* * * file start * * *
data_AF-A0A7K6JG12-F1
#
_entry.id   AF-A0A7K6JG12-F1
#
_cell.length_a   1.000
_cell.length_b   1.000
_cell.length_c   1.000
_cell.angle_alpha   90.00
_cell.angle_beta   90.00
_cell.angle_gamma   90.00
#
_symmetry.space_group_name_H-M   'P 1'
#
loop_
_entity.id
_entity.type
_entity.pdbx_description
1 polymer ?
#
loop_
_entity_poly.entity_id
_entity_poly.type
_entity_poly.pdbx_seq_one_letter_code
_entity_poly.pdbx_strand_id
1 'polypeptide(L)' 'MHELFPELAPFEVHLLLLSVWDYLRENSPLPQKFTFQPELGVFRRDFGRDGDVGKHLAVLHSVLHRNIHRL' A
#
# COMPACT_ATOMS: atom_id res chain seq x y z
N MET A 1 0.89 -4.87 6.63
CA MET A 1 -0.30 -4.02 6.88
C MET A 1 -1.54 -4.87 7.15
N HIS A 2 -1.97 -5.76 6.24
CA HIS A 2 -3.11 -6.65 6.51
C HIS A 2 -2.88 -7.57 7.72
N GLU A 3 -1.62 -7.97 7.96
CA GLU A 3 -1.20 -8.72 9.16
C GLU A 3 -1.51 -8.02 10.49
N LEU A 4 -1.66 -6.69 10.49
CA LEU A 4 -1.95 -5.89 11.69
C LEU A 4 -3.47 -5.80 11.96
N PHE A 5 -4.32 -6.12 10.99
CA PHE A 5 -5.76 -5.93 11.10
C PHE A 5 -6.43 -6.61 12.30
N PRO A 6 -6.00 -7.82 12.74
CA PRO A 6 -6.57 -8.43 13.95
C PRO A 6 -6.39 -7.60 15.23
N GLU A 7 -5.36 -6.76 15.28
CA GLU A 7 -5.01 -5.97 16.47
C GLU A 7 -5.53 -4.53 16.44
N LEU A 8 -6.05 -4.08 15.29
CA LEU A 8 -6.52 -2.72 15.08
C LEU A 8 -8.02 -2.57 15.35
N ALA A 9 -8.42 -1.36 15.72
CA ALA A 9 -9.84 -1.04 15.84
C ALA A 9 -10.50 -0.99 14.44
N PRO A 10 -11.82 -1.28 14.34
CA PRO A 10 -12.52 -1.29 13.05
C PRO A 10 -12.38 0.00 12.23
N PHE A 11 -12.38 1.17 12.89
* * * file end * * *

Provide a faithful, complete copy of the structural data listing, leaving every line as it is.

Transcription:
data_AF-A0A7K6JG12-F1
#
_entry.id   AF-A0A7K6JG12-F1
#
_cell.length_a   1.000
_cell.length_b   1.000
_cell.length_c   1.000
_cell.angle_alpha   90.00
_cell.angle_beta   90.00
_cell.angle_gamma   90.00
#
_symmetry.space_group_name_H-M   'P 1'
#
loop_
_entity.id
_entity.type
_entity.pdbx_description
1 polymer ?
#
loop_
_entity_poly.entity_id
_entity_poly.type
_entity_poly.pdbx_seq_one_letter_code
_entity_poly.pdbx_strand_id
1 'polypeptide(L)' 'MHELFPELAPFEVHLLLLSVWDYLRENSPLPQKFTFQPELGVFRRDFGRDGDVGKHLAVLHSVLHRNIHRL' A
#
# COMPACT_ATOMS: atom_id res chain seq x y z
N MET A 1 0.89 -4.87 6.63
CA MET A 1 -0.30 -4.02 6.88
C MET A 1 -1.54 -4.87 7.15
N HIS A 2 -1.97 -5.76 6.24
CA HIS A 2 -3.11 -6.65 6.51
C HIS A 2 -2.88 -7.57 7.72
N GLU A 3 -1.62 -7.97 7.96
CA GLU A 3 -1.20 -8.72 9.16
C GLU A 3 -1.51 -8.02 10.49
N LEU A 4 -1.66 -6.69 10.49
CA LEU A 4 -1.95 -5.89 11.69
C LEU A 4 -3.47 -5.80 11.96
N PHE A 5 -4.32 -6.12 10.99
CA PHE A 5 -5.76 -5.93 11.10
C PHE A 5 -6.43 -6.61 12.30
N PRO A 6 -6.00 -7.82 12.74
CA PRO A 6 -6.57 -8.43 13.95
C PRO A 6 -6.39 -7.60 15.23
N GLU A 7 -5.36 -6.76 15.28
CA GLU A 7 -5.01 -5.97 16.47
C GLU A 7 -5.53 -4.53 16.44
N LEU A 8 -6.05 -4.08 15.29
CA LEU A 8 -6.52 -2.72 15.08
C LEU A 8 -8.02 -2.57 15.35
N ALA A 9 -8.42 -1.36 15.72
CA ALA A 9 -9.84 -1.04 15.84
C ALA A 9 -10.50 -0.99 14.44
N PRO A 10 -11.82 -1.28 14.34
CA PRO A 10 -12.52 -1.29 13.05
C PRO A 10 -12.38 0.00 12.23
N PHE A 11 -12.38 1.17 12.89